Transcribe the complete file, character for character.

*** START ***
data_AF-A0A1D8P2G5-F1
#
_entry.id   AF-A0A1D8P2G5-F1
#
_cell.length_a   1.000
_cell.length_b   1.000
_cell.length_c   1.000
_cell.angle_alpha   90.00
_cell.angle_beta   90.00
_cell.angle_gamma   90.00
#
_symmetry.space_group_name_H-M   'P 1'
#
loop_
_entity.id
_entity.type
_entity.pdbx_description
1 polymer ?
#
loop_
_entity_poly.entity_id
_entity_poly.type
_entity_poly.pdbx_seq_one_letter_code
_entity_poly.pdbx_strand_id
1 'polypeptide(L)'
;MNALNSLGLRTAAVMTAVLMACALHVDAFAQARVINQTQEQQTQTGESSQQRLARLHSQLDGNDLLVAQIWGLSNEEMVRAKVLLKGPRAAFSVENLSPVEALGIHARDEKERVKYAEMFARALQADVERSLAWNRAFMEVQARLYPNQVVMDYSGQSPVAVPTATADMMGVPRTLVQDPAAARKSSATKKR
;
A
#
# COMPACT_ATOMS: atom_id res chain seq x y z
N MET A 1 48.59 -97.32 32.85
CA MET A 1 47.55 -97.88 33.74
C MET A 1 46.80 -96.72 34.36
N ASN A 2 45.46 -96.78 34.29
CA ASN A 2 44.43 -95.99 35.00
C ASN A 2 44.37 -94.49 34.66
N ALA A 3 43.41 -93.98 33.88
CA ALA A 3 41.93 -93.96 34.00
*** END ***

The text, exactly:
data_AF-A0A1D8P2G5-F1
#
_entry.id   AF-A0A1D8P2G5-F1
#
_cell.length_a   1.000
_cell.length_b   1.000
_cell.length_c   1.000
_cell.angle_alpha   90.00
_cell.angle_beta   90.00
_cell.angle_gamma   90.00
#
_symmetry.space_group_name_H-M   'P 1'
#
loop_
_entity.id
_entity.type
_entity.pdbx_description
1 polymer ?
#
loop_
_entity_poly.entity_id
_entity_poly.type
_entity_poly.pdbx_seq_one_letter_code
_entity_poly.pdbx_strand_id
1 'polypeptide(L)'
;MNALNSLGLRTAAVMTAVLMACALHVDAFAQARVINQTQEQQTQTGESSQQRLARLHSQLDGNDLLVAQIWGLSNEEMVRAKVLLKGPRAAFSVENLSPVEALGIHARDEKERVKYAEMFARALQADVERSLAWNRAFMEVQARLYPNQVVMDYSGQSPVAVPTATADMMGVPRTLVQDPAAARKSSATKKR
;
A
#
# COMPACT_ATOMS: atom_id res chain seq x y z
N MET A 1 48.59 -97.32 32.85
CA MET A 1 47.55 -97.88 33.74
C MET A 1 46.80 -96.72 34.36
N ASN A 2 45.46 -96.78 34.29
CA ASN A 2 44.43 -95.99 35.00
C ASN A 2 44.37 -94.49 34.66
N ALA A 3 43.41 -93.98 33.88
CA ALA A 3 41.93 -93.96 34.00